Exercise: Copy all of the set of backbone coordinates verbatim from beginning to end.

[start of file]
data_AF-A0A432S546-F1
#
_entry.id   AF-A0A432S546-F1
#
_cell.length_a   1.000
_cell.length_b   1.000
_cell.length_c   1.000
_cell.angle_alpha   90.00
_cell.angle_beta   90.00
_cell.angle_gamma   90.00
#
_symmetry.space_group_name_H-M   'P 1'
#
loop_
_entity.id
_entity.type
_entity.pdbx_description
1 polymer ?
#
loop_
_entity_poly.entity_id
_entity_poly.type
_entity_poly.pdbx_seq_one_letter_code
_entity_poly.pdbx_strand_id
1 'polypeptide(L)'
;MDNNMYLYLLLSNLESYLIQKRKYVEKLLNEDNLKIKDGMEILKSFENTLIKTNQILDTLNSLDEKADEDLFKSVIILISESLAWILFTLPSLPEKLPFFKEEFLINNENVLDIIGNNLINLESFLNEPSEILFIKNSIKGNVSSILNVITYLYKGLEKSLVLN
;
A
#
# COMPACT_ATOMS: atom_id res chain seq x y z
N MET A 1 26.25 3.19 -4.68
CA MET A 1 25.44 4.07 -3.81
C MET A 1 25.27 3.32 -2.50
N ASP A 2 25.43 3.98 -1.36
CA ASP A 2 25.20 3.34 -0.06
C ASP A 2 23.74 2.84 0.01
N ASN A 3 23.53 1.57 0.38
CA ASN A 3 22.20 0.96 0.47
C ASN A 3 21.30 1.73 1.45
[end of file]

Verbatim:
data_AF-A0A432S546-F1
#
_entry.id   AF-A0A432S546-F1
#
_cell.length_a   1.000
_cell.length_b   1.000
_cell.length_c   1.000
_cell.angle_alpha   90.00
_cell.angle_beta   90.00
_cell.angle_gamma   90.00
#
_symmetry.space_group_name_H-M   'P 1'
#
loop_
_entity.id
_entity.type
_entity.pdbx_description
1 polymer ?
#
loop_
_entity_poly.entity_id
_entity_poly.type
_entity_poly.pdbx_seq_one_letter_code
_entity_poly.pdbx_strand_id
1 'polypeptide(L)'
;MDNNMYLYLLLSNLESYLIQKRKYVEKLLNEDNLKIKDGMEILKSFENTLIKTNQILDTLNSLDEKADEDLFKSVIILISESLAWILFTLPSLPEKLPFFKEEFLINNENVLDIIGNNLINLESFLNEPSEILFIKNSIKGNVSSILNVITYLYKGLEKSLVLN
;
A
#
# COMPACT_ATOMS: atom_id res chain seq x y z
N MET A 1 26.25 3.19 -4.68
CA MET A 1 25.44 4.07 -3.81
C MET A 1 25.27 3.32 -2.50
N ASP A 2 25.43 3.98 -1.36
CA ASP A 2 25.20 3.34 -0.06
C ASP A 2 23.74 2.84 0.01
N ASN A 3 23.53 1.57 0.38
CA ASN A 3 22.20 0.96 0.47
C ASN A 3 21.30 1.73 1.45